Iran blocks nuclear inspectors after U.S. unfreezes billions of dollars for Tehran
Iran began barring U.N. inspectors from nuclear sites over the weekend, days after the Biden administration freed up $6 billion in frozen Iranian funds in pursuit of a prisoner swap with Tehran.
The development, which comes as Iranian President Ebrahim Raisi prepares for a visit to New York City to address the U.N. General Assembly, adds a fresh layer to rising tensions over Tehran’s nuclear activities.
In a rare statement, U.N. nuclear watchdog chief Rafael Grossi said Saturday that Iranian officials had informed him they will no longer permit certain International Atomic Energy Agency inspectors to conduct “essential verification work at the enrichment facilities in Iran which are under Agency safeguards.”
“Iran has effectively removed about one-third of the core group of the agency’s most experienced inspectors designated for Iran,” Mr. Grossi said.
The inspectors are in Iran to ensure compliance with the Treaty on the Non-Proliferation of Nuclear Weapons. Mr. Grossi acknowledged that under the NPT, Iran is permitted to veto individual inspectors it does not agree with. But the IAEA chief said Tehran’s latest move is unwarranted.
“I strongly condemn this disproportionate and unprecedented unilateral measure which affects the normal planning and conduct of agency verification activities in Iran and openly contradicts the cooperation that should exist between the agency and Iran,” he said.
A Vienna-based diplomat told Reuters that Tehran had “de-designated” all French and German members of the IAEA inspection team in Iran.
The news agency reported that Iran made the move in response to a call led by the U.S., Britain, France and Germany at the IAEA’s Board of Governors in recent days for Tehran to cooperate immediately with the IAEA on issues including explaining uranium traces found at undeclared nuclear sites.
Iranian officials suggested Tehran is blocking certain IAEA inspectors out of frustration that U.S., British, French and German officials were politicizing the work of the inspectors.
“Unfortunately, despite Iran’s positive, constructive and continuous interaction with the agency, the three European countries and the United States abused the [IAEA’s] Board of Governors for their own political purposes,” Iranian Foreign Ministry spokesperson Nasser Kanaani told state media, according to Reuters.
The presence of IAEA inspectors in Iran has been sensitive since the U.S. pulled out of the 2015 international nuclear accord with Tehran. The agreement had given billions in economic sanctions relief to Iran in exchange for limits to Iranian nuclear activities, as well as IAEA inspections of those activities.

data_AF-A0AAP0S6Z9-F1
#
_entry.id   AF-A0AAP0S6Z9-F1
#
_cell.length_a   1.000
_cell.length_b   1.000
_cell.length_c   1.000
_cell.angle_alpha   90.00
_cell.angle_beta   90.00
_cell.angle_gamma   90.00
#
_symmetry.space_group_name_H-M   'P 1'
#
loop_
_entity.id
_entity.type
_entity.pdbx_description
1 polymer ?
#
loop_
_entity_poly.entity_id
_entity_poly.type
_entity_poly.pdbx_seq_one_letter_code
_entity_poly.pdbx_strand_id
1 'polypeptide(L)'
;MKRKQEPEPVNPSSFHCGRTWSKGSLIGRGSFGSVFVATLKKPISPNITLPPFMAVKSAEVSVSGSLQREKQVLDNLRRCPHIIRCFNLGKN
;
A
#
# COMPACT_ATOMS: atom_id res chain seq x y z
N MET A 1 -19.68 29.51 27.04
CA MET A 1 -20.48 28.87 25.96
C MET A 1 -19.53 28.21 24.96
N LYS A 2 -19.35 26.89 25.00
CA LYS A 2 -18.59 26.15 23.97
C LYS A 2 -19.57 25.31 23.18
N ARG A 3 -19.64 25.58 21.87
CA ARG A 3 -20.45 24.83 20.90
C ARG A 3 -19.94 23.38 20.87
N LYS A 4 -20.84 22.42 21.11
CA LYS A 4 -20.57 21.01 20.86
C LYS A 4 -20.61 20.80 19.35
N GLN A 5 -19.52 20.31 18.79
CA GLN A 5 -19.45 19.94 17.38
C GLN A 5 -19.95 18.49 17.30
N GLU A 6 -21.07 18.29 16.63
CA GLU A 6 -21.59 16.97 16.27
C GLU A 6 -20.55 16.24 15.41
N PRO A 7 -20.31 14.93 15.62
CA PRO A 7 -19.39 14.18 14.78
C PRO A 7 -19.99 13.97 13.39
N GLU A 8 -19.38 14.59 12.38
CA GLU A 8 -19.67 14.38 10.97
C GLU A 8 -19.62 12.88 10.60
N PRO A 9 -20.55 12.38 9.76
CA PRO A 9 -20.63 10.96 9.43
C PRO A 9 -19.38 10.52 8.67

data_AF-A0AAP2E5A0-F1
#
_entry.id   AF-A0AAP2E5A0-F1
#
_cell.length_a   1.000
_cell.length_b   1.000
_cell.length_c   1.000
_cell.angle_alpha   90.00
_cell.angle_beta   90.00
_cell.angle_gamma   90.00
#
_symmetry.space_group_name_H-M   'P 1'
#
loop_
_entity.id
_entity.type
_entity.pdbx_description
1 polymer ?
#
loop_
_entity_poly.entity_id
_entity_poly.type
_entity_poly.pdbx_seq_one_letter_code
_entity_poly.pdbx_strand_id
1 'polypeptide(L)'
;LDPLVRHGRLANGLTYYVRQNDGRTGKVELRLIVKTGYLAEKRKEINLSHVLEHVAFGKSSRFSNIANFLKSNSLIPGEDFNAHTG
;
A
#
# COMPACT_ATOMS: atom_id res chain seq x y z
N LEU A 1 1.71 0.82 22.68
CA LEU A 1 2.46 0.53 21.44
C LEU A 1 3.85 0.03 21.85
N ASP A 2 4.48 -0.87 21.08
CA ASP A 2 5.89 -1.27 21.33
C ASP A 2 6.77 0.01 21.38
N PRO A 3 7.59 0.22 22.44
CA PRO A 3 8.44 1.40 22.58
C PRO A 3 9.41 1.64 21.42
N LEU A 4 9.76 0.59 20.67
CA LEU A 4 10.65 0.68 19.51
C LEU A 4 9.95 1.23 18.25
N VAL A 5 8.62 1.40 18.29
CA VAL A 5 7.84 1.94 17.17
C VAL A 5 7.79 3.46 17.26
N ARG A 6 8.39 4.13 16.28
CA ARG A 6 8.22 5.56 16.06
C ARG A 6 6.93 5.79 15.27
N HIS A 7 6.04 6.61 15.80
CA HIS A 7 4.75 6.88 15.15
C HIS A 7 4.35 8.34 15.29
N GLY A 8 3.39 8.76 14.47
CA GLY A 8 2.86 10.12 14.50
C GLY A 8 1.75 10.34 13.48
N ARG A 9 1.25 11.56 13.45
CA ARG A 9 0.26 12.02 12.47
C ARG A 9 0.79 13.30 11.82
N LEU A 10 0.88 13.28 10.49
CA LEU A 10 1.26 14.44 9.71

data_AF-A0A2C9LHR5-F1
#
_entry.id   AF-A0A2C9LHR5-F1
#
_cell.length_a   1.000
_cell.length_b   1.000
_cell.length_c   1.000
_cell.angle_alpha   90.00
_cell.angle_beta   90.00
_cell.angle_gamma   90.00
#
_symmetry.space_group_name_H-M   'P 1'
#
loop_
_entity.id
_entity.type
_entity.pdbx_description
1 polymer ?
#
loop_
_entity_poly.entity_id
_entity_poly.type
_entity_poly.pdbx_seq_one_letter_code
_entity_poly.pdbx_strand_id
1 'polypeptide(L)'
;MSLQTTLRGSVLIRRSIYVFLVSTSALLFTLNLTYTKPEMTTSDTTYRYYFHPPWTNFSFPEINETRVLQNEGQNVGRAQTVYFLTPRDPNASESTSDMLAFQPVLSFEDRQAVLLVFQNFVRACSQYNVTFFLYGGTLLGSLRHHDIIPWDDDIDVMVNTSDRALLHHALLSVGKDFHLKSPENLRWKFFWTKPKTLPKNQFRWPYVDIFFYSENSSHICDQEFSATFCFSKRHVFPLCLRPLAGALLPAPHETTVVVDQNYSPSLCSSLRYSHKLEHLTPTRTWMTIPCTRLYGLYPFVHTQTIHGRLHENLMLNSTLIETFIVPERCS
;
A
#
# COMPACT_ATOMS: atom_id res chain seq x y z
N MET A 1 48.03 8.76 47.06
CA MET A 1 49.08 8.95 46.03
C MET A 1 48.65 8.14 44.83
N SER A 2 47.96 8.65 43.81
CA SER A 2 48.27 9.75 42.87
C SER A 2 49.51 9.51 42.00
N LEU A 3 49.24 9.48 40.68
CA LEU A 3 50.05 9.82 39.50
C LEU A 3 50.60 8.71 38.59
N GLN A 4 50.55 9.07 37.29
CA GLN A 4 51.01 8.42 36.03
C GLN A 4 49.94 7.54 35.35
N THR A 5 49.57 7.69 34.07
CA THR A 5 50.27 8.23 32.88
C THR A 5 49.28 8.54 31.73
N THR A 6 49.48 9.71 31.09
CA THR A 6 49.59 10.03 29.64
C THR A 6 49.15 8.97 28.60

The U.S. has since reimposed sanctions on Iran amid concerns that Tehran is advancing a nuclear weapons program built up clandestinely in violation of U.N. Security Council resolutions. Iran claims its nuclear activities are purely for electricity generation and medical research.
There was no immediate reaction from the Biden administration to the latest developments, which come as Mr. Raisi is slated to address the U.N. General Assembly on Tuesday, hours after President Biden.
Mr. Raisi’s trip comes amid U.S.-Iran tension following the Biden administration’s failure to draw Tehran back to the nuclear negotiating table, as well as attempts by the administration to secure the release of five American citizens imprisoned in Iran.
Mr. Biden recently sought to clear the way for the release with a blanket waiver for international banks to transfer $6 billion in frozen Iranian money from South Korea to Qatar without fear of U.S. sanctions.
The administration also said it would be willing to release five Iranian citizens held in the United States, although the White House has faced intense heat for what critics say is a “ransom payment” to Tehran.
Whether a prisoner exchange will occur ahead of the General Assembly remains to be seen. Some analysts say that if it does, it will raise the prospect of a meeting between Mr. Biden and Mr. Raisi on the sidelines of the gathering. Such a development could signal progress toward the administration’s goal of engineering a diplomatic thaw with Iran and reviving at least a pale version of the now-defunct 2015 nuclear deal.
The weekend’s developments also coincide with a surge in protests inside Iran marking the anniversary of the death of Mahsa Amini. The 22-year-old Iranian of Kurdish origin died in the custody of the Islamic republic’s morality police, reportedly for flouting an Islamic head-covering law for women. Protests over the past year have seen demonstrators shout anti-government chants and burn their head coverings.